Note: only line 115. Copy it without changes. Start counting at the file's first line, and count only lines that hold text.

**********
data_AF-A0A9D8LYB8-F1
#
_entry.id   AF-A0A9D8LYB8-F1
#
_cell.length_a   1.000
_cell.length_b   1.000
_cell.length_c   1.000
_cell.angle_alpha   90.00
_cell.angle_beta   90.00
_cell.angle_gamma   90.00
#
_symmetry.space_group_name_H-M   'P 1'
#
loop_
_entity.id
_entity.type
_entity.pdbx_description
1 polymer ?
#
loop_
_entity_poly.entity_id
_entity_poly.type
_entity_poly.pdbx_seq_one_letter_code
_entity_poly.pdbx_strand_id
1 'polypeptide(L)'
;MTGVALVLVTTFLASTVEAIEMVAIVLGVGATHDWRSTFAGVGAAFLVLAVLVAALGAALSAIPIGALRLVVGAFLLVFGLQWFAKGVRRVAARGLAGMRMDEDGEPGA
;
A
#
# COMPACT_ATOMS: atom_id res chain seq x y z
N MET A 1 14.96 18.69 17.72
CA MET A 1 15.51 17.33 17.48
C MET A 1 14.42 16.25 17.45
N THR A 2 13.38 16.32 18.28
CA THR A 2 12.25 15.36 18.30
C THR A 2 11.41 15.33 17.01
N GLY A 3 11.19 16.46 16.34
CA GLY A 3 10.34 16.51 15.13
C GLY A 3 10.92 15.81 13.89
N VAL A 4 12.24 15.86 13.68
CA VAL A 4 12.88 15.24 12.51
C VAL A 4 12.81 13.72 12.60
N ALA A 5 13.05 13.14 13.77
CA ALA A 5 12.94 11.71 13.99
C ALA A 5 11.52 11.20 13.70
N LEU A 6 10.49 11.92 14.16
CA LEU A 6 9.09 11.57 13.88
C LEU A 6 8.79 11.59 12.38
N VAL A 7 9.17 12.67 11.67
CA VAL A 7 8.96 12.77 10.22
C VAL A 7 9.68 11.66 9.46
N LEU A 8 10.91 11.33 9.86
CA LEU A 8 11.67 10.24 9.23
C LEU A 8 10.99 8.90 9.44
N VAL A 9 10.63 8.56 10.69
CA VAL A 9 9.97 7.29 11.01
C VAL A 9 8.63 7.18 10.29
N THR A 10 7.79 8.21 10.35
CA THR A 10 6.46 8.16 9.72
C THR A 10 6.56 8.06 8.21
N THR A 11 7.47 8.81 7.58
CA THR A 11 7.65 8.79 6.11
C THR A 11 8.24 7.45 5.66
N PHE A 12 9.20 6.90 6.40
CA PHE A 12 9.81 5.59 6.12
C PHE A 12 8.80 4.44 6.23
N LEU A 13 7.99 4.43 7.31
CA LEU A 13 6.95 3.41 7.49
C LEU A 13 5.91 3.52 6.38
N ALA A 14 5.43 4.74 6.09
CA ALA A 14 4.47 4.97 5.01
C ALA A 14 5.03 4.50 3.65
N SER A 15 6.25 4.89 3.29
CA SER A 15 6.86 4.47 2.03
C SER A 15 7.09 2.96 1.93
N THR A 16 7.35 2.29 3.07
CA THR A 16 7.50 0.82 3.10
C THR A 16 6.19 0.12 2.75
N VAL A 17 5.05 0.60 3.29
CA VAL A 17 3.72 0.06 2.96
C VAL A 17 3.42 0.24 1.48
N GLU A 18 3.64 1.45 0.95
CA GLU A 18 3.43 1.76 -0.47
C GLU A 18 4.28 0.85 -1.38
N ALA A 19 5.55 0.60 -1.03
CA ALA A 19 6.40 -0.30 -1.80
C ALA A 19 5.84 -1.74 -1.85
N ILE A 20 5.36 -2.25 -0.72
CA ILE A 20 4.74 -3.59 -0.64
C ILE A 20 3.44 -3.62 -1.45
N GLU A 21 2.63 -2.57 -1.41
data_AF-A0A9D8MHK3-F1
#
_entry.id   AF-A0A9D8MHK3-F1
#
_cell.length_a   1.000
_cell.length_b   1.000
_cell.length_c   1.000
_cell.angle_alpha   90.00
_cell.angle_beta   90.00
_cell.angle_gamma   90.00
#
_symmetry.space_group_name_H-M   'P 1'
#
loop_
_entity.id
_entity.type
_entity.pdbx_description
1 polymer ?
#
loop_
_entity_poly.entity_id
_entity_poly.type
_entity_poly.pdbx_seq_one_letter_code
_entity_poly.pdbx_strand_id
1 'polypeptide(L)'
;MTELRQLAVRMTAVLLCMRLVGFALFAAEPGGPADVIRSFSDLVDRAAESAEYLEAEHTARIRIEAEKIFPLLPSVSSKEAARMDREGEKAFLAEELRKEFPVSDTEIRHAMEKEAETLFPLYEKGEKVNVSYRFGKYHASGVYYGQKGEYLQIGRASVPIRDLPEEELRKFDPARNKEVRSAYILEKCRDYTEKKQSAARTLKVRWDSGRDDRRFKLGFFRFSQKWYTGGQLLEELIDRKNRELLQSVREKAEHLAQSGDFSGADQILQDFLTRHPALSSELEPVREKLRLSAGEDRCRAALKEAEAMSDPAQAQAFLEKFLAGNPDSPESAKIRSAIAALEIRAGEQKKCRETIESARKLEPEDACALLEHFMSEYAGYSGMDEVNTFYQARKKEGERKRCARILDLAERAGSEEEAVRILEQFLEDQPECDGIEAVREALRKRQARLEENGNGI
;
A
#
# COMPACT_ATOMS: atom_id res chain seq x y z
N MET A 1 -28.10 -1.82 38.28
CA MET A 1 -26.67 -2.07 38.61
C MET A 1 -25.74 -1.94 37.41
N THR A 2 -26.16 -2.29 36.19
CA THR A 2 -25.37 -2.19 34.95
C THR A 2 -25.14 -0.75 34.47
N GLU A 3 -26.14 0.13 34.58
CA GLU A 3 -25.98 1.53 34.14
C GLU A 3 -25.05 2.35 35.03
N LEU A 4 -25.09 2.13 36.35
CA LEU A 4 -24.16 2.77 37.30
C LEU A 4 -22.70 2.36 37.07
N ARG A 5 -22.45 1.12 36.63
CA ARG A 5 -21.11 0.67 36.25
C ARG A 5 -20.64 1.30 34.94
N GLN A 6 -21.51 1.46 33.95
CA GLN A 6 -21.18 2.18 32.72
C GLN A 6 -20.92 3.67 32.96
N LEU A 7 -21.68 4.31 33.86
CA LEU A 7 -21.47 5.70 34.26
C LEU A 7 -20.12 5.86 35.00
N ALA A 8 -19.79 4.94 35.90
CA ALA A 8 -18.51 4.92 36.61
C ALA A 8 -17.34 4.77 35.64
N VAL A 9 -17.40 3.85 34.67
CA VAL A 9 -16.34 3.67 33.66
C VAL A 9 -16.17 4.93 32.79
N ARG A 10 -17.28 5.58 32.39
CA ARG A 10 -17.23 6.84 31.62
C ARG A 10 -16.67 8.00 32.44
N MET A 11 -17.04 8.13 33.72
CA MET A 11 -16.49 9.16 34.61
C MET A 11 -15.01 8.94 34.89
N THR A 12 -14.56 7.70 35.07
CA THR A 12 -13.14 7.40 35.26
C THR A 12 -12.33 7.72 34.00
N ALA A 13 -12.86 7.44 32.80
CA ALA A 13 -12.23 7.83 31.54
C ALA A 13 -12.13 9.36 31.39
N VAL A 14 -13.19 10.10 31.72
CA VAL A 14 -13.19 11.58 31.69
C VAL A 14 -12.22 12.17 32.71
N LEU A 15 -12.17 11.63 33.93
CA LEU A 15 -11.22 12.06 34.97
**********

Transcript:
_entity_poly.pdbx_strand_id